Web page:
Secondary Logo

Institutional members access full text with Ovid®

Combining Afferent Stimulation and Mirror Therapy for Improving Muscular, Sensorimotor, and Daily Functions After Chronic Stroke: A Randomized, Placebo-Controlled Study

Lee, Ya-yun PhD; Lin, Keh-chung ScD; Wu, Ching-yi ScD; Liao, Ching-hua MS; Lin, Jui-chi MS; Chen, Chia-ling PhD

American Journal of Physical Medicine & Rehabilitation: October 2015 - Volume 94 - Issue 10S - p 859–868
doi: 10.1097/PHM.0000000000000271
Original Research Articles
Buy
SDC

Objective Mirror therapy (MT) combined with mesh glove (MG) afferent stimulation (MT + MG) has been suggested as an effective intervention for motor recovery in patients with stroke. This study aimed to further determine the treatment effects of the MT + MG approach on muscular properties, sensorimotor functions, and daily function.

Design This was a single-blind, randomized, placebo-controlled study. Forty-eight participants with chronic stroke were recruited from medical centers and were randomly assigned to the MT, MT + MG, and MT with sham MG stimulation (MT + sham) groups. The intervention consisted of 1.5 hrs/day, 5 days/wk for 4 wks. Primary outcomes were the Fugl-Meyer Assessment and muscular properties (muscle tone and stiffness). Secondary outcomes included measures of sensorimotor and daily functions.

Results Compared with the MT and MT + sham groups, the MT + MG group demonstrated improved muscular properties. The MT + MG and MT + sham groups showed greater improvement in manual dexterity and daily function than the MT group did. No beneficial effects on the Fugl-Meyer Assessment and other sensorimotor outcomes were found for the MT + MG group.

Conclusions Although no significant group differences were found in the Fugl-Meyer Assessment, MT + MG induced distinctive effects on muscular properties, manual dexterity, and daily function.

From the Department of Occupational Therapy and Graduate Institute of Behavioral Sciences, College of Medicine, Chang Gung University, Taoyuan (YL, CW, CL, JL); Healthy Aging Research Center, Chang Gung University, Taoyuan (YL, CW); School of Occupational Therapy, College of Medicine, National Taiwan University, Taipei (KL); Division of Occupational Therapy, Department of Physical Medicine and Rehabilitation, National Taiwan University Hospital, Taipei (KL); Children Are Us Foundation, Taipei (CL); Division of Occupational Therapy, Department of Physical Medicine & Rehabilitation, Shuang Ho Hospital, New Taipei City (JL); Department of Physical Medicine and Rehabilitation, Chang Gung Memorial Hospital at Linkou, Taoyuan (CC); and Graduate Institute of Early Intervention, College of Medicine, Chang Gung University, Taoyuan, Taiwan (CC).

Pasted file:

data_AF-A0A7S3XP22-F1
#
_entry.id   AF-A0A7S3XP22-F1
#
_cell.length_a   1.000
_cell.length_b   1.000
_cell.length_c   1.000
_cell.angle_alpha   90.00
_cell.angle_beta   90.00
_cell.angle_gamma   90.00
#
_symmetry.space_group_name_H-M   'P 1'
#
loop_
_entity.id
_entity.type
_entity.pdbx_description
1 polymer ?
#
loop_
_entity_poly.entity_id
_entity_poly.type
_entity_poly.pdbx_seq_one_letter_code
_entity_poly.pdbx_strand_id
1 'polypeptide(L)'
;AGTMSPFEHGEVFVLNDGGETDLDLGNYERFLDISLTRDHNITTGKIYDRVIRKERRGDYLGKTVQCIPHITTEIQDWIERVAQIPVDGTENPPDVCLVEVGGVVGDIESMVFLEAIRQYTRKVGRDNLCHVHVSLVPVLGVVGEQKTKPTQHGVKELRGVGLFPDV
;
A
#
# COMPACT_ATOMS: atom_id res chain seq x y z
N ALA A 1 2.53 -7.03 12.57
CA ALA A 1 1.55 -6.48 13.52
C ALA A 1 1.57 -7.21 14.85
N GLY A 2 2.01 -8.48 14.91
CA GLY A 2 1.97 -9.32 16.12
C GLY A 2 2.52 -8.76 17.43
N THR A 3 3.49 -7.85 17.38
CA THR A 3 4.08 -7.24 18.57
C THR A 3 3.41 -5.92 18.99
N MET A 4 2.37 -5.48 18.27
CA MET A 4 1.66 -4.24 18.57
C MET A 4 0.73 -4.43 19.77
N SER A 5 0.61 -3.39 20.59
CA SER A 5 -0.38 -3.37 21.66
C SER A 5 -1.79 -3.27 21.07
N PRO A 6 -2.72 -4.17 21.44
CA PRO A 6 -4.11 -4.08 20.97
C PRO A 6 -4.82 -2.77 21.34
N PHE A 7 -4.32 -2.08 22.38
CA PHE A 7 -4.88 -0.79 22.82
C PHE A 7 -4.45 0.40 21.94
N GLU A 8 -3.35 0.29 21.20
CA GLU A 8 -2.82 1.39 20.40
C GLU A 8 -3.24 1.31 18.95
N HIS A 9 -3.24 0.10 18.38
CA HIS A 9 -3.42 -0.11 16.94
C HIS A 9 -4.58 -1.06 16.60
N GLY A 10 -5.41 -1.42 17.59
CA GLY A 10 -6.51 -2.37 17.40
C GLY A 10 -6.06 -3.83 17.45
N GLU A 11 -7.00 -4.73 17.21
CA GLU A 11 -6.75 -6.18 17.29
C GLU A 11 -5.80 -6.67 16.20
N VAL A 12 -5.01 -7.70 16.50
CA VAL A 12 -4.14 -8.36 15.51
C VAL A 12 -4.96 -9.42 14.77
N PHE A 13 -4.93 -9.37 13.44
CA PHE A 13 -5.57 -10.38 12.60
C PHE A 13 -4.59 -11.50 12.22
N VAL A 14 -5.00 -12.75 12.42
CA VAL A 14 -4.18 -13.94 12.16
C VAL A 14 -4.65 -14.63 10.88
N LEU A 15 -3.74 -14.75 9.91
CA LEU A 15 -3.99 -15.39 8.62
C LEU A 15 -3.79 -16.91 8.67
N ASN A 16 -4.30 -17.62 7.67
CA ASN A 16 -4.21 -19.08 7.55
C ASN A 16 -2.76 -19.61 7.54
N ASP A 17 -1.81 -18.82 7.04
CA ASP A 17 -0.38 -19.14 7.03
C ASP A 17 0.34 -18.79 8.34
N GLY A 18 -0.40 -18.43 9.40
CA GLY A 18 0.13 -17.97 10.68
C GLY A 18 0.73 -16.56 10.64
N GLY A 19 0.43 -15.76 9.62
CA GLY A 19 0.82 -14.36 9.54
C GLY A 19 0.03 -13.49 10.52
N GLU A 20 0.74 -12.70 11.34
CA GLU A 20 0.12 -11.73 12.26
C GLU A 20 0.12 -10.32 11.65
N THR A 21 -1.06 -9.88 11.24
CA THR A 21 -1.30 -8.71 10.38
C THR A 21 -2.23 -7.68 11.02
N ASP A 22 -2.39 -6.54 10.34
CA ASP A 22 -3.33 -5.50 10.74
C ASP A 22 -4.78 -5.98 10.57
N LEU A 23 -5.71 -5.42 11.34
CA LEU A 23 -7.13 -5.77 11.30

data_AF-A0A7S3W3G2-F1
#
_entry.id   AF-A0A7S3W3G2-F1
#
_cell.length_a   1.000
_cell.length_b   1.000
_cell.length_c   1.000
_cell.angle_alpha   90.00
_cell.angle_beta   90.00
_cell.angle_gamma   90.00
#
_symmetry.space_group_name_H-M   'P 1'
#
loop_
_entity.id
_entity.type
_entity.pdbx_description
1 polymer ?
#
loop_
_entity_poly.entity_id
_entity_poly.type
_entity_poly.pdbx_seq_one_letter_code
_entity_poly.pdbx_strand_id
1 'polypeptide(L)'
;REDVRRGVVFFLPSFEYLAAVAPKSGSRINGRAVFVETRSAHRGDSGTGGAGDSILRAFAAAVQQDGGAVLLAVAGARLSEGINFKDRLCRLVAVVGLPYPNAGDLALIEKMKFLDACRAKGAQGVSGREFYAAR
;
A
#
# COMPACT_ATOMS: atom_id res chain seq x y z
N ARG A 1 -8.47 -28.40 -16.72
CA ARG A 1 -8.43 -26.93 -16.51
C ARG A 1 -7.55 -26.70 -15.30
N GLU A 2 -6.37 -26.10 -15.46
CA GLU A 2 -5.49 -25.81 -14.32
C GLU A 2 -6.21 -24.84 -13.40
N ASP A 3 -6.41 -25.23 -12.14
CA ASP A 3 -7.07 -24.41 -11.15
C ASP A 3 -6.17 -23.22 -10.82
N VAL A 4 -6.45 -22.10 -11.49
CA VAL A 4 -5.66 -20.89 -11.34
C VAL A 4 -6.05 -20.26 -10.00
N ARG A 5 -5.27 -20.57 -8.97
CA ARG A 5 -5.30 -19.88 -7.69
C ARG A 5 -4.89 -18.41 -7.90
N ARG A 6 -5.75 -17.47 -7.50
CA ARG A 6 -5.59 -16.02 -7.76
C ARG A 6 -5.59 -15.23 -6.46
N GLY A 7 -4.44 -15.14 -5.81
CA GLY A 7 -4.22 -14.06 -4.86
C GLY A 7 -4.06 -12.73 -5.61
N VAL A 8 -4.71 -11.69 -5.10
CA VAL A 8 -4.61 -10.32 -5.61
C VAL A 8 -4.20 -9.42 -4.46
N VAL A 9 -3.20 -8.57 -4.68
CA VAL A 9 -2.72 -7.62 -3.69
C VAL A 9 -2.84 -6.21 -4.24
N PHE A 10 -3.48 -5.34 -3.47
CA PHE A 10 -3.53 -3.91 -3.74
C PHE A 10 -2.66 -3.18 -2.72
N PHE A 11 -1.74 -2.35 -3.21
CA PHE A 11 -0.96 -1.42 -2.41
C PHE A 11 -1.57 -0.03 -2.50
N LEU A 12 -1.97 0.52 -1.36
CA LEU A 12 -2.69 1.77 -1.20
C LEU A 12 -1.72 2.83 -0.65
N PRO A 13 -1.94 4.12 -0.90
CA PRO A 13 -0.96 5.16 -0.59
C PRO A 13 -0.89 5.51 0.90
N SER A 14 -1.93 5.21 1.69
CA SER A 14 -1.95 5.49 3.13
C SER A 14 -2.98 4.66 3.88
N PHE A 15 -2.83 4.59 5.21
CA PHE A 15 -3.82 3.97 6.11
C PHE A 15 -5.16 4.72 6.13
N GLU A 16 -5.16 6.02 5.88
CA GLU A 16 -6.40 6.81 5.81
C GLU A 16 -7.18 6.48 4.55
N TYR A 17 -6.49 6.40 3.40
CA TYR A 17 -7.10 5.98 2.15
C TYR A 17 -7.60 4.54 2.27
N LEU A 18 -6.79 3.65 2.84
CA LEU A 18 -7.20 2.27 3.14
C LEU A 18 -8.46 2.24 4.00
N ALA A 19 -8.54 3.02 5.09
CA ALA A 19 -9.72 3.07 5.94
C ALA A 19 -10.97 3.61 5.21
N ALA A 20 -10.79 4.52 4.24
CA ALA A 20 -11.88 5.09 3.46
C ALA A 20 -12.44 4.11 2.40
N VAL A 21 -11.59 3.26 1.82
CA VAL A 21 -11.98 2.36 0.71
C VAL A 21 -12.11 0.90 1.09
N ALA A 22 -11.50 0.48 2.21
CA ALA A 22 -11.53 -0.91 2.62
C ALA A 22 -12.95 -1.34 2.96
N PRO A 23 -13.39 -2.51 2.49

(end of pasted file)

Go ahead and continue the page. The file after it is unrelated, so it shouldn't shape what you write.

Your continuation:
All correspondence and requests for reprints should be addressed to: Ching-yi Wu, ScD, Department of Occupational Therapy and Graduate Institute of Behavioral Sciences, College of Medicine, Chang Gung University, 259 Wenhua 1st Rd, Taoyuan 333, Taiwan.

Ya-yun Lee and Keh-chung Lin are joint first authors.

This project was supported in part by the National Health Research Institutes (NHRI-EX103-10010PI), the National Science Council (NSC-100-2314-B-002-008-MY3, NSC 102-2314-B-002-154-MY2, and NSC102-2628-B-182-005-MY3), Healthy Ageing Research Center at Chang Gung University (EMRPD1D0291, CMRPD1B0331), and Chang Gung Memorial Hospital (CMRPD1C0402) in Taiwan.

Financial disclosure statements have been obtained, and no conflicts of interest have been reported by the authors or by any individuals in control of the content of this article.

Copyright © 2015 Wolters Kluwer Health, Inc. All rights reserved.